How to start a process as a separate process tree?


I’m trying to figure out how to write a script that starts a process on the local computer, but in a separate process tree. I need the process’s standard out and error to still stream to the console, and I need the script to wait for and exit with the process’s exit code. I need the script to not wait for or terminate any descendants the process properly backgrounds. It would be nice if the process inherited the script’s working directory and environment, but I could specify the required working directory and the few required environment variables as arguments if need be.

I’ve tried Start-Process. That seems like the closest thing to what I need, particularly when used with Wait-Process instead of -Wait (as the former doesn’t wait on descendant processes). The only problem I’m having with Start-Process is that I don’t see a way to specify that the process not be a descendant of my script’s process tree. I don’t have control over the system that calls my script, and it does seem to “-Wait” on all my script’s descendants before proceeding. That’s what I need to overcome.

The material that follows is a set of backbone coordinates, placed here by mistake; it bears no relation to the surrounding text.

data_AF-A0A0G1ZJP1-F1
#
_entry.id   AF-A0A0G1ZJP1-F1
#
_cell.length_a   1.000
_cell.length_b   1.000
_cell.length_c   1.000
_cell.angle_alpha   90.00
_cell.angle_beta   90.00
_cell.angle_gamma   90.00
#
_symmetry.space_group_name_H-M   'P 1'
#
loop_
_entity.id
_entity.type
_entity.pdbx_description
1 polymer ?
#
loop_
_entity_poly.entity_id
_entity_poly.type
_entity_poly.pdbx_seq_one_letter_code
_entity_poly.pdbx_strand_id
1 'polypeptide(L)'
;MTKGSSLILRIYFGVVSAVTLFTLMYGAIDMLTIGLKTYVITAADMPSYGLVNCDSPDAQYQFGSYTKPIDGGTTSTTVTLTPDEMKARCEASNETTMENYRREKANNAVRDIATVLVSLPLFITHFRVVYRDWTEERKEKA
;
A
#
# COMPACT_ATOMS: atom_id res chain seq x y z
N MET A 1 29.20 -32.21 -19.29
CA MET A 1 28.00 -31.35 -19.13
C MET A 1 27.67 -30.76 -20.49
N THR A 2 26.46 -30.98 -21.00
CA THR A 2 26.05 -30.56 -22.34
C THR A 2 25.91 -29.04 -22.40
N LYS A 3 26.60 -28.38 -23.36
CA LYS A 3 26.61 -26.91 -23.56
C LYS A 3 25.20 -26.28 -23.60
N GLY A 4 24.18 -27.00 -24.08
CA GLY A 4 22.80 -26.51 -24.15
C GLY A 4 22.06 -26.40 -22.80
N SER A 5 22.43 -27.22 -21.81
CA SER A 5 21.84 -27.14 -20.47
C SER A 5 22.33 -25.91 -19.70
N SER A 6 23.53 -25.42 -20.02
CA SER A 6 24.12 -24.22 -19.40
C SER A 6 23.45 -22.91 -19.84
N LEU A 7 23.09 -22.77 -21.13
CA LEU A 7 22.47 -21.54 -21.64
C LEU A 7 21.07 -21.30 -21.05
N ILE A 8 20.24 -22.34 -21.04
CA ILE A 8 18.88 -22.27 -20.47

I’ve tried Start-Job, but that also seems to start the process as a descendant.

It does appear that Invoke-Process would start a separate process tree, but it seems to require elevated privileges (that I don’t have and wouldn’t be able to obtain), even when running a local command:

> Invoke-Command -ComputerName . -ScriptBlock { echo "Testing" }
[localhost] Connecting to remote server localhost failed with the following error message : Access is denied. For more
information, see the about_Remote_Troubleshooting Help topic.
    + CategoryInfo          : OpenError: (localhost:String) [], PSRemotingTransportException
    + FullyQualifiedErrorId : AccessDenied,PSSessionStateBroken

I’ve also looked at Invoke-CimMethod and Win32_Process.Create, as suggested in a StackOverflow post. This seems like it might be my best bet, but how do I redirect the process’s standard out and error back to the script, and exit the script with the process’s exit code?